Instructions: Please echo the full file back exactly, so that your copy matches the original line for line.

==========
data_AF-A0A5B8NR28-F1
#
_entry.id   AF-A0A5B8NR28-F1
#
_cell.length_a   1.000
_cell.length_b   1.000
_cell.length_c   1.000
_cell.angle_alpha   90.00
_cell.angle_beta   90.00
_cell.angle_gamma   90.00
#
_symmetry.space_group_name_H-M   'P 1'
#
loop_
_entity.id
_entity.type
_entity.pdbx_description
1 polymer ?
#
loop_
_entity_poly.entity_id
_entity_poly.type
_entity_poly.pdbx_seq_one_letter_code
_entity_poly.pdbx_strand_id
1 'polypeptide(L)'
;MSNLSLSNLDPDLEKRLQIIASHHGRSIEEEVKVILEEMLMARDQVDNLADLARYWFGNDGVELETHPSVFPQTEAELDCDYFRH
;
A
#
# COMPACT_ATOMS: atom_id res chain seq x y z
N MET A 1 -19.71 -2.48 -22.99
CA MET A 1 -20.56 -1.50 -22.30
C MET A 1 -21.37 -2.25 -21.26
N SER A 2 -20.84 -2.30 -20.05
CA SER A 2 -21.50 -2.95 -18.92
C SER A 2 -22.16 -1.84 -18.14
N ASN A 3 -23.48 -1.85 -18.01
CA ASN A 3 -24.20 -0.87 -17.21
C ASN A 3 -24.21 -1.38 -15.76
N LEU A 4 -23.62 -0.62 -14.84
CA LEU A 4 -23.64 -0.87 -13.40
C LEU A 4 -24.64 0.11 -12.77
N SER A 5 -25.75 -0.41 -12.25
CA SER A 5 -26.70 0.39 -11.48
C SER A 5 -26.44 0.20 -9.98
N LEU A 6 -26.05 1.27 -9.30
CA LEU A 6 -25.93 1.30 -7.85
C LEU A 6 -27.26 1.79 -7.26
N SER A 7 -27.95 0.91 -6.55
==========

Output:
data_AF-A0A5B8NR28-F1
#
_entry.id   AF-A0A5B8NR28-F1
#
_cell.length_a   1.000
_cell.length_b   1.000
_cell.length_c   1.000
_cell.angle_alpha   90.00
_cell.angle_beta   90.00
_cell.angle_gamma   90.00
#
_symmetry.space_group_name_H-M   'P 1'
#
loop_
_entity.id
_entity.type
_entity.pdbx_description
1 polymer ?
#
loop_
_entity_poly.entity_id
_entity_poly.type
_entity_poly.pdbx_seq_one_letter_code
_entity_poly.pdbx_strand_id
1 'polypeptide(L)'
;MSNLSLSNLDPDLEKRLQIIASHHGRSIEEEVKVILEEMLMARDQVDNLADLARYWFGNDGVELETHPSVFPQTEAELDCDYFRH
;
A
#
# COMPACT_ATOMS: atom_id res chain seq x y z
N MET A 1 -19.71 -2.48 -22.99
CA MET A 1 -20.56 -1.50 -22.30
C MET A 1 -21.37 -2.25 -21.26
N SER A 2 -20.84 -2.30 -20.05
CA SER A 2 -21.50 -2.95 -18.92
C SER A 2 -22.16 -1.84 -18.14
N ASN A 3 -23.48 -1.85 -18.01
CA ASN A 3 -24.20 -0.87 -17.21
C ASN A 3 -24.21 -1.38 -15.76
N LEU A 4 -23.62 -0.62 -14.84
CA LEU A 4 -23.64 -0.87 -13.40
C LEU A 4 -24.64 0.11 -12.77
N SER A 5 -25.75 -0.41 -12.25
CA SER A 5 -26.70 0.39 -11.48
C SER A 5 -26.44 0.20 -9.98
N LEU A 6 -26.05 1.27 -9.30
CA LEU A 6 -25.93 1.30 -7.85
C LEU A 6 -27.26 1.79 -7.26
N SER A 7 -27.95 0.91 -6.55